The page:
Macroeconomic Implications of Demography for the Environment: A Life-Cycle Perspective
Climate Change and Sustainable Development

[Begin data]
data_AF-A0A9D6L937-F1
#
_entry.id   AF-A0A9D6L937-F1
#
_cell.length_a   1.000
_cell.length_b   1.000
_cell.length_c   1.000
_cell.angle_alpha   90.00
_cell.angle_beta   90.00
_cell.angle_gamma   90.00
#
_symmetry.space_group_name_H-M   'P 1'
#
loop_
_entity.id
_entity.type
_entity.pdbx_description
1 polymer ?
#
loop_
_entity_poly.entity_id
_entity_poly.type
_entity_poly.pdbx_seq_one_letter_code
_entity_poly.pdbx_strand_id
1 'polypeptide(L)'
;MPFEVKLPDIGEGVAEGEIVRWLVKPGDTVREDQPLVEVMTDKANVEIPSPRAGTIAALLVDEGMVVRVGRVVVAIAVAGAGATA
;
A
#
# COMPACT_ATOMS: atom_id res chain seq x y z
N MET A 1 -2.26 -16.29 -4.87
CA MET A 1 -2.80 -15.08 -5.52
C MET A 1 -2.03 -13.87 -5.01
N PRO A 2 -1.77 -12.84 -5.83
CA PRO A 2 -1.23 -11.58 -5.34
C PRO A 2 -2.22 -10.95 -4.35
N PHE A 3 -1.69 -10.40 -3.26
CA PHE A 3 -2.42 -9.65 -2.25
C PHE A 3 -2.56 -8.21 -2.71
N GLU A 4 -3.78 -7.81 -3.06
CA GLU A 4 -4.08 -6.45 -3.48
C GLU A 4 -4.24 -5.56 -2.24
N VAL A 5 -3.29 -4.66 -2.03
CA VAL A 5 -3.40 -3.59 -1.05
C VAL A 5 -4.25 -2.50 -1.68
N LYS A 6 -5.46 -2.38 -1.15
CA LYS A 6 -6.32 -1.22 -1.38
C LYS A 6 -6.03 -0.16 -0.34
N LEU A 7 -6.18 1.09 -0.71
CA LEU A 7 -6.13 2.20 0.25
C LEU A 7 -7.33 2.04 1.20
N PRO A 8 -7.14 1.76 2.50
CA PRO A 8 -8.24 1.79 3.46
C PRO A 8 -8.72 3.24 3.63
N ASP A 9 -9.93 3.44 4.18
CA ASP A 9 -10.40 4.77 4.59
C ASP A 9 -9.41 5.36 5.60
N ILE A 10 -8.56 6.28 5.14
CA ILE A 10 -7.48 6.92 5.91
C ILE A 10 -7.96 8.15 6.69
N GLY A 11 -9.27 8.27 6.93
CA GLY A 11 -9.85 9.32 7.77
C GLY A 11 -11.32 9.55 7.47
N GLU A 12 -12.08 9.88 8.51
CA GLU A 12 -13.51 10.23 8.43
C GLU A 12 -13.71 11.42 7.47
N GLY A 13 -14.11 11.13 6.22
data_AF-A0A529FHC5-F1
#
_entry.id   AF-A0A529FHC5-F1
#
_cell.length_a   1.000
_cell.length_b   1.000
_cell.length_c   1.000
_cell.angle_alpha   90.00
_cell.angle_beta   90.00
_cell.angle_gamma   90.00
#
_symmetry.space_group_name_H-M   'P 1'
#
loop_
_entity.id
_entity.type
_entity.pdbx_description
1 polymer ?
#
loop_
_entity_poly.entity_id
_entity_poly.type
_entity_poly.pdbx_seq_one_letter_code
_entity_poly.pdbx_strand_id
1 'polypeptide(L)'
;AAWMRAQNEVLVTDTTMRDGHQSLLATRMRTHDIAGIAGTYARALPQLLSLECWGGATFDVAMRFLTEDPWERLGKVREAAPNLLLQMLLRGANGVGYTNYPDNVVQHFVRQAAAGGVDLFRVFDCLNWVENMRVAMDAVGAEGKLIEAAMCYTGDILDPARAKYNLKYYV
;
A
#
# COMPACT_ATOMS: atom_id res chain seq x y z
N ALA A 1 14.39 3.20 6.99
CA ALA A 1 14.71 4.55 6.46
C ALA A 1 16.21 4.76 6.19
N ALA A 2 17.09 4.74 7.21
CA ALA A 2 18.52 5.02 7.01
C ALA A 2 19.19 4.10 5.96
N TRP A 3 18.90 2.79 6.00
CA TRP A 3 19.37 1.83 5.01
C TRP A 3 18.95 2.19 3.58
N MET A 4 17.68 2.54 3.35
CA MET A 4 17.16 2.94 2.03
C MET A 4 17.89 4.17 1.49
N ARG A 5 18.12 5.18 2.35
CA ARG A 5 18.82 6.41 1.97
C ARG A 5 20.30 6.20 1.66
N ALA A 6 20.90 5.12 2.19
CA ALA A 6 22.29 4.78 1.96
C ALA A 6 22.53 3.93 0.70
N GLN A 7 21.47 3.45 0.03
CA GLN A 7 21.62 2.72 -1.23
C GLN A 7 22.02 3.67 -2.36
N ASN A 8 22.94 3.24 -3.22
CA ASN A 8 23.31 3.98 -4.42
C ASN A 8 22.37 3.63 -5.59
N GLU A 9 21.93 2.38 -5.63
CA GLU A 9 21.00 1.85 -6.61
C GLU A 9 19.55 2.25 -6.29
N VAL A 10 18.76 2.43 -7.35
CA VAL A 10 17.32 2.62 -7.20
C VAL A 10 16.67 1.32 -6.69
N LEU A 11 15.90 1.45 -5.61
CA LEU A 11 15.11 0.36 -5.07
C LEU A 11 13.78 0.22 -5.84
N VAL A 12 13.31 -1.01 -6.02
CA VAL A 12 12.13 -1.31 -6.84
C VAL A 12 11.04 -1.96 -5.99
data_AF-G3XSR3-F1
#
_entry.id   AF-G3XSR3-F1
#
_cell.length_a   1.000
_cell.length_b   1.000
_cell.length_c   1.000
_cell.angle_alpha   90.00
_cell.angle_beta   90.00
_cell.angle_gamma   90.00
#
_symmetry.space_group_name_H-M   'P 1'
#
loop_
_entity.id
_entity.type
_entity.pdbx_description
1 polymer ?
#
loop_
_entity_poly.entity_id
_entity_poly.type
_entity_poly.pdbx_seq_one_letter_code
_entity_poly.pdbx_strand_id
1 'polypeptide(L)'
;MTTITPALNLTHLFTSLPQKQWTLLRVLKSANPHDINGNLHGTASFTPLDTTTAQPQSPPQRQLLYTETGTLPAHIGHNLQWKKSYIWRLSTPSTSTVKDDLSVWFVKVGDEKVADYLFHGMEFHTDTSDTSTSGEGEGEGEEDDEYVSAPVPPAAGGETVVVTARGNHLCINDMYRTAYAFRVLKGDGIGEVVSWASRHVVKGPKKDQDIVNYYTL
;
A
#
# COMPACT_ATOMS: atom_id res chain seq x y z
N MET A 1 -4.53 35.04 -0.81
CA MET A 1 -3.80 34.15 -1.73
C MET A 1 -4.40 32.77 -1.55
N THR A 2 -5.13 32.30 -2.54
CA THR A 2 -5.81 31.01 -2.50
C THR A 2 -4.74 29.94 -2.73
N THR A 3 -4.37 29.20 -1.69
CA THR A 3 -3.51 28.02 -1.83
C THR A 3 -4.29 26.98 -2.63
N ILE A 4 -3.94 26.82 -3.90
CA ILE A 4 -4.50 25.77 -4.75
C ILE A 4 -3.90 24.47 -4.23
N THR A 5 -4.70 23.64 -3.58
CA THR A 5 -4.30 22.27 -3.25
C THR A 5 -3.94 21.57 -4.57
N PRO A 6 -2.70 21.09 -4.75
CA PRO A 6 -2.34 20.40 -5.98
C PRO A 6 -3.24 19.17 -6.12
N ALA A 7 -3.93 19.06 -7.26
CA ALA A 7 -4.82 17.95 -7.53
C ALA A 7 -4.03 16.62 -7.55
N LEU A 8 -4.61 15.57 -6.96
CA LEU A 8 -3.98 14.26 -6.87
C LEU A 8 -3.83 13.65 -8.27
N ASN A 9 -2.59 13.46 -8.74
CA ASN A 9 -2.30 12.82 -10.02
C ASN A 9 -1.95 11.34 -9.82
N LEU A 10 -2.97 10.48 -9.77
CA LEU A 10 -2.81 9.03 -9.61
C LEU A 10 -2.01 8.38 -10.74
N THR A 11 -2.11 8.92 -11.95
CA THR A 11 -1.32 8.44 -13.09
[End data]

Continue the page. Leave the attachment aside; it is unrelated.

This article studies how demography affects the outcome of the environmental policy in a macro-economic perspective, incorporating age-earning profiles in an OLG model à la Blanchard (1985) to capture the age structure effect of the demographic shocks. It first demonstrates, conversely to previous works of the related literature that a decrease in the birth rate may lower the steady-state per capita stock of physical capital even if the aggregate labor supply is exogenous. It also demonstrates that the ageing of population influences the macro-economic impact of the environmental policy according to the cause of the ageing and the life-cycle earnings assumption. Thus, with decreasing age-earning profiles, a lower birth rate reduces the detrimental impact of the environmental policy on the steady-state per capita stock of physical capital for low values of this birth rate, while a reduction of the mortality rate reinforces the negative outcome of the environmental policy. When earnings profiles are independent of age, ageing always strengthens the negative impact of the environmental policy.